Plan a trip to coastal Maine: A MidCoast Maine travel planner
Explore MidCoast Maine on a coastal Maine road trip. Sit in a classic Adirondack chair and enjoy coastal breezes, eat fresh lobster while taking in ocean views, visit with local craftsmen, and explore back roads winding through quaint Maine towns. Our MidCoast Maine travel planner will help you organize your vacation.
When I started to plan a trip to Maine – one of the few states I had not been to – I had nearly two weeks there. I knew I’d be in MidCoast Maine, but did I want to go farther north, stay south, or linger in one spot and rely on day trips? Tough question, indeed, for a coastal Maine road trip since there is surprisingly so much to see: dozens of lighthouses, quaint villages, Norman Rockwell-esque towns, photogenic rocky coastlines, lobster shacks and wharfs, and relaxing ocean vistas. Plus, country roads that will lead you to tiny hamlets and tidal ponds that beg to be explored.
Maine may not be the largest or most populated state in the United States, and the coastal Maine area and its islands may seem pretty compact. But don’t be mistaken: Planning a trip to coastal Maine – even a Maine road trip of one or two weeks — doesn’t mean you’ll have to time to check off everything in the MidCoast area or its islands.
Not only does the MidCoast Maine region stretch from the cities of Brunswick, up the coast to Belfast and beyond, and inland to the towns of Liberty, Freedom and Unity (I can’t make up those names). It also extends into the Atlantic to some 4,600 islands. One thing to always keep in mind when you plan a trip to coastal Maine: There are a lot of little peninsulas the jut into the Atlantic Ocean. Maine’s point-to-point shoreline only extends about 230 miles – but it’s actual “tidal” coastline with all the ins and outs is closer to a whopping 3,500 miles, third in length in the United States only behind Louisiana and the Florida Gulf coast!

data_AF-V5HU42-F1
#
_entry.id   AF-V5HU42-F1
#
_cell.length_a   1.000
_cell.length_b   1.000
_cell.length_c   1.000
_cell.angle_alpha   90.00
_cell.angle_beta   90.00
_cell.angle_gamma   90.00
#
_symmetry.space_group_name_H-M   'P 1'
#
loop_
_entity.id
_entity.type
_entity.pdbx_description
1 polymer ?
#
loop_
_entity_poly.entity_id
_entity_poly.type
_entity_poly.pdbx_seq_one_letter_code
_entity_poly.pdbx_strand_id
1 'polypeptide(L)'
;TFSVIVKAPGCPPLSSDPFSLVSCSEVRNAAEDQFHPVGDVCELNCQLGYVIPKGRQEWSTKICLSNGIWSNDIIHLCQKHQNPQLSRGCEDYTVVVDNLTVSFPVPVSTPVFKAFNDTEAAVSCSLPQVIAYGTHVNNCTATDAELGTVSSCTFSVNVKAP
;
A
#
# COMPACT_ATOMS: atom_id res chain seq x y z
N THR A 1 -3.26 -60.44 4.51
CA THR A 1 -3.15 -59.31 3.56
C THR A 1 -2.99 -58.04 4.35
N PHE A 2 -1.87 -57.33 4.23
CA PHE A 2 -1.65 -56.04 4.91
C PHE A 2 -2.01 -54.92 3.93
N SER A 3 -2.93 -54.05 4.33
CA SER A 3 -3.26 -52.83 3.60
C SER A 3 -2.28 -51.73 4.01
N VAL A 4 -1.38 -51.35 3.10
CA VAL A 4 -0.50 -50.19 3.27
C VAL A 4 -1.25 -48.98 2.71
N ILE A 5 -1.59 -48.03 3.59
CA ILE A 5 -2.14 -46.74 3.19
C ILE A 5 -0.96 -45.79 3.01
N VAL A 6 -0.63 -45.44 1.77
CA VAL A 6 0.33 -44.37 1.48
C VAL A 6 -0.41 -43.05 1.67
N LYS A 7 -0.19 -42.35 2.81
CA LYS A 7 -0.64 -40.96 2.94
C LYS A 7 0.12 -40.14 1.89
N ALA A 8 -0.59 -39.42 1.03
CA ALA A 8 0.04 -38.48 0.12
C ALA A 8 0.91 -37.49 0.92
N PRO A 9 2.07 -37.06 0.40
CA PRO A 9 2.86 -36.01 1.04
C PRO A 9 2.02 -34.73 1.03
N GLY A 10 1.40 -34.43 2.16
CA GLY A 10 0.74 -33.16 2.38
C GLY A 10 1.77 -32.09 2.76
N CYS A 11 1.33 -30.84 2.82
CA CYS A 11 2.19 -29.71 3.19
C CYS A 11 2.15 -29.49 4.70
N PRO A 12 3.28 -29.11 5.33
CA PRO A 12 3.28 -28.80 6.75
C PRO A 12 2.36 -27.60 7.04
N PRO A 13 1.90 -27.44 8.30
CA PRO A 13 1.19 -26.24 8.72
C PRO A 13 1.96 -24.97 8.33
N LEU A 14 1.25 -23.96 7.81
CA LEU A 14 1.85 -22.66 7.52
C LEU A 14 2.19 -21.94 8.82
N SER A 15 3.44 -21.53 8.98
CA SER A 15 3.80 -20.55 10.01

- First tip: A little homework is a must when you plan to trip to coastal Maine and islands to help you decide what you have time to do and see.
- Second tip: Plan for more time than you think you need. Or, to put it the other way, plan less to do so you can allow yourself time to discover treasures on tiny back roads or coastlines. (I needed an “I brake for cemeteries” bumper sticker; there are nearly 7,000, according to the Maine Old Cemetery Association, many looking like Halloween backdrops.)
- Third tip: It will always take longer to get somewhere than you think it will, be it from distractions and attractions, or just because of that jagged coastline.
Planning your trip to coastal Maine – questions to ask
Like with any trip, you should start by asking yourself a few questions, as I did:
- What is your goal on your trip to coastal Maine and the Atlantic islands?
- Do you want to hang out in one place and relax with day trips, or race up and down the coast of Maine to see as many lighthouses or eat as much lobster as possible?
- Do you want to hop ferries to islands, or explore inland waterways and visit nature preserves for leisurely hikes?
- Is fine dining on your agenda along with first-class luxury hotels (Kennebunkport, Boothbay Harbor, Camden…), or are you looking for a local experience in classic, historic Maine inns (where “historic” may mean smaller rooms and creaky floors)?
- And, the biggest question for planning a trip to MidCoast Maine: How much time do you have?
I was in just part of the coastal Maine region for a little less than two weeks, and I felt a bit breathless trying to find time to see so many things, eat great lobster and seafood (of course!), and find a little time for walks and just relaxing, too. Plus, being a curious sort, every turn in the road on my own Maine road trip seemed to make my head swivel: “What’s that?!” I’d find myself thinking as I flipped a U-turn to go back and see, camera in hand.